Saturday, March 24, 2007

Catching Up

By Tom McCune

How many times have you gone out to fly XC with your fellow pilots, only to find that they are halfway to Enumclaw when you are setting up to launch? Or perhaps you are in a competition and didn’t quite get high enough to go on course when the start cylinder opened, but the rest of the pack is out on course gaining distance. How do you catch up to them? It is not always easy but if you can identify the type of lift the day is offering, and combine it with current knowledge, you can then make it work to your advantage to close the gap or maybe even win the day. While it is often fun to be out in front of the pack, only one pilot basks in this glory; the rest are simply catching up.

Tom McCune and Bill Belcourt

At the PG Worlds Comp in Australia, Task One has been cancelled, but Tom McCune (left) and fellow US teammate Bill Belcourt are still smiling. Photo by Conrad Kreick.

I remember years ago Will Gadd said, “the distance between thermals is two to four times the height of the thermal from ground to cloud base”. When you are flying, each day should find you analyzing how high you are and how far you need to go to find the next thermal. This is ‘in theory’ because you can also find broad areas of lift and broad areas of sink. In addition, terrain will play a big role in lift and sink around Tiger. Remember to be flexible while you think your way through the sky because things change as you cover more ground.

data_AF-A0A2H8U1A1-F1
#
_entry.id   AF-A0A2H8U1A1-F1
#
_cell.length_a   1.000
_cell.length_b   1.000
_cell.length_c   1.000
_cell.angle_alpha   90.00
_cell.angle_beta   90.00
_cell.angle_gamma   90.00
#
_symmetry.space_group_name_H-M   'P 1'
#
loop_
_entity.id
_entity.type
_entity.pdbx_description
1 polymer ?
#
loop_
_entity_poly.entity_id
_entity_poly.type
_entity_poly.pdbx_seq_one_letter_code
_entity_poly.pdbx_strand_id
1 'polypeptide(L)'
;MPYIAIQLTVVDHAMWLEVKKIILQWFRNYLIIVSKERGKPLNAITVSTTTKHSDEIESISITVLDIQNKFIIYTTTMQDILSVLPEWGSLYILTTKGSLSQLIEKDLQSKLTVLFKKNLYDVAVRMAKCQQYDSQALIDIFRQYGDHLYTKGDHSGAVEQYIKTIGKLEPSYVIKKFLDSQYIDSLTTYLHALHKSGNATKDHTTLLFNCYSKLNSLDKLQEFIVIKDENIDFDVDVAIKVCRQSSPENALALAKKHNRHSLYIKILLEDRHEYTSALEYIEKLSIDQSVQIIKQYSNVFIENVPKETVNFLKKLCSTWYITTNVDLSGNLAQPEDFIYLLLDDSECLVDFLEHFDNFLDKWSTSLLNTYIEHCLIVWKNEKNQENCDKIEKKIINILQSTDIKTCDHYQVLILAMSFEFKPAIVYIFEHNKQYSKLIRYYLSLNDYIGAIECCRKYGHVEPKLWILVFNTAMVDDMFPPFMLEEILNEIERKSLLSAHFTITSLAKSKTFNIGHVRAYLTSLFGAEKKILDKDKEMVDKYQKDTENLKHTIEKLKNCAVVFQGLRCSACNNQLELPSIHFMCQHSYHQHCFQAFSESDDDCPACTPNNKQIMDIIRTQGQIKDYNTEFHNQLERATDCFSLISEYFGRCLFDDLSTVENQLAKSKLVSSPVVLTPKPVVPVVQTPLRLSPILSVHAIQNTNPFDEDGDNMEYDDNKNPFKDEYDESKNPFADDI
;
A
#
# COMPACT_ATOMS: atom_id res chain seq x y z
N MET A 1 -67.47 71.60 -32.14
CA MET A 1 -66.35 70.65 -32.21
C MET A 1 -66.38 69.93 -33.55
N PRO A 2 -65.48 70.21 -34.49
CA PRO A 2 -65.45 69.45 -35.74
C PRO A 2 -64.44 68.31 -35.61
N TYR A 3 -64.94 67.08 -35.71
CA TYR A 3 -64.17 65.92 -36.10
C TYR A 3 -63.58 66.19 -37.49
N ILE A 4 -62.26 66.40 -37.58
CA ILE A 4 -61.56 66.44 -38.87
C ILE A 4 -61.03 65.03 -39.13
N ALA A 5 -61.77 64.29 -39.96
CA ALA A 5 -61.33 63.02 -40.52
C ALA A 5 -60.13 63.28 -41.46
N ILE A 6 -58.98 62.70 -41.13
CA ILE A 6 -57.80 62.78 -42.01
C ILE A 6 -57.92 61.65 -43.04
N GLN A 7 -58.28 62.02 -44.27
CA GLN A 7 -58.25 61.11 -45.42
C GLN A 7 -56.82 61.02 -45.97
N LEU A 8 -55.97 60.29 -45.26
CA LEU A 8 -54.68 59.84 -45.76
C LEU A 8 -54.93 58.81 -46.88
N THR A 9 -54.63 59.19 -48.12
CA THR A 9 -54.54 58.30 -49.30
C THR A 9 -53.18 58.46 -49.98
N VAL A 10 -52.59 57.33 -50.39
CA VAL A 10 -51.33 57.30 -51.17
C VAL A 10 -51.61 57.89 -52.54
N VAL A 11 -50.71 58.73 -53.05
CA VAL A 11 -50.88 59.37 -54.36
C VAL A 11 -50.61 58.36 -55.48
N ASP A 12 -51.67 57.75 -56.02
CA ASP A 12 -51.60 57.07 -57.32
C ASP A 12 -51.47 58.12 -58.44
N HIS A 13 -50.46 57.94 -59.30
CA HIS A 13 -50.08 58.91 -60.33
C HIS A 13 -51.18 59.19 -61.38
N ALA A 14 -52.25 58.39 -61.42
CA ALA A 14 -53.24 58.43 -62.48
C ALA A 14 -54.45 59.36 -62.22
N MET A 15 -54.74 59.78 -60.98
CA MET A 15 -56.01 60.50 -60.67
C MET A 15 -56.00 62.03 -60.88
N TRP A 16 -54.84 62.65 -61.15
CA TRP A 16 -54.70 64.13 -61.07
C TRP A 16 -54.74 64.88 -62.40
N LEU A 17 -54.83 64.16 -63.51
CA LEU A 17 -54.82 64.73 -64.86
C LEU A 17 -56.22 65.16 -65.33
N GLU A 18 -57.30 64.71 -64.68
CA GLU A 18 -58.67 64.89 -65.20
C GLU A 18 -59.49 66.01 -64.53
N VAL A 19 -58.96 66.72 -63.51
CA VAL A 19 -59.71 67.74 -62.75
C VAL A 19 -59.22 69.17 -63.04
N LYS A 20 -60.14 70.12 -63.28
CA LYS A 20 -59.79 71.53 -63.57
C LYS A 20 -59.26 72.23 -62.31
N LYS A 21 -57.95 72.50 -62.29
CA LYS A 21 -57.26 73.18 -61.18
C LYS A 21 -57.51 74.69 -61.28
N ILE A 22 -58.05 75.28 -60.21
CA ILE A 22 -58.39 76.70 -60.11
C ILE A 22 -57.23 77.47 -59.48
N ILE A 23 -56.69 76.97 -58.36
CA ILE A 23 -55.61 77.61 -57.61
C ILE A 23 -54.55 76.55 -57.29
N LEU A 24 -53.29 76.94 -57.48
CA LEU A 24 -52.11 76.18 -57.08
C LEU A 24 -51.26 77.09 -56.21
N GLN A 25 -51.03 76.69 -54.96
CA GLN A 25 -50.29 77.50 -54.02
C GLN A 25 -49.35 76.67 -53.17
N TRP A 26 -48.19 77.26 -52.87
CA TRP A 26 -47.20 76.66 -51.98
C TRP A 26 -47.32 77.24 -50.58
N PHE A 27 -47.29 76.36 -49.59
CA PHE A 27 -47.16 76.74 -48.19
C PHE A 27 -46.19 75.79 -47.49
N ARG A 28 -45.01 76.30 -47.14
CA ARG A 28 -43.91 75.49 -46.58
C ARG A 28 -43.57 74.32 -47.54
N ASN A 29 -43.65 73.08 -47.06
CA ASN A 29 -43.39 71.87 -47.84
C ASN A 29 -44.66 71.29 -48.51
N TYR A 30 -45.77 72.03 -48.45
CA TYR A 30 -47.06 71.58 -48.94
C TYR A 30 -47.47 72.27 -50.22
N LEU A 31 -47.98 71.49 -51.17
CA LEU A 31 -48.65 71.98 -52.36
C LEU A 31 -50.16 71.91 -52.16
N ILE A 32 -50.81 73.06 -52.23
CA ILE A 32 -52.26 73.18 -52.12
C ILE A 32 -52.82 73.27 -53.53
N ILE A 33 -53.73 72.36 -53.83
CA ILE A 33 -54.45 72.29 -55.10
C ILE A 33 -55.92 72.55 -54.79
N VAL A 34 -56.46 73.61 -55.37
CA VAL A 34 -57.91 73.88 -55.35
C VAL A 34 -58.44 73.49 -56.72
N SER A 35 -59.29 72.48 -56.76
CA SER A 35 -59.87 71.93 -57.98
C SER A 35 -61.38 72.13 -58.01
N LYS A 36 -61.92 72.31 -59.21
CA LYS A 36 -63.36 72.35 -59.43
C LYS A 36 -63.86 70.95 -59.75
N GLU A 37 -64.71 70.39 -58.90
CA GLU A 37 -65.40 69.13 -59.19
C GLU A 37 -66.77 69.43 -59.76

Competitions make good examples of what works because there are so many pilots to see at once. During the 2005 Rat Race at Woodrat Mt. cloud base was fairly low on all five days. Since cloud base was low, it would make sense that thermals were scattered around everywhere and one need not go too far to find lift. With that being the case, it made no sense to go all the way to the cloud even though it was a low base. Those who did had nice elevation but were getting farther behind with each climb. With a higher cloud base, I find it more useful to maximize the lift as far as I can. Sounds ironic or backwards but with the lift spread out farther, it will be harder to find the next thermal source unless you can actually see it via clouds or dust devils. Obviously at Tiger we want to get as high as we legally can when going XC regardless of how high cloud base is because of limited LZs, however, I once left Tiger from 2700’ MSL and flew past Enumclaw. I used to have a rule that I would not leave unless I could get to 5 grand but obviously that rule is now in the trash. Keeping in mind this thermal distance rule can help you decide to go when there is a low cloud base.

Using speed bar to catch up when we are higher is a natural tendency but when lower we tend to back off the bar. If the distance between thermals is relevant to the height of the thermal, then it really should not make a difference when we push bar. Or does it? If it is totally thermic and there is no interference with other types of air currents, then speed bar can be pushed regardless of how high base is. In all conditions, pilots sometimes find themselves on the ground after cramming bar racing ahead for the blue ribbon. You can go faster but you also need another thermal to stay on course and thermals do not always line up with the course you desire to fly. I think the speed bar is a whole story unto itself and full of technical decisions which vary constantly. Identifying and utilizing the type of lift will help you get through the sky better on any day and also help you in speed bar decisions.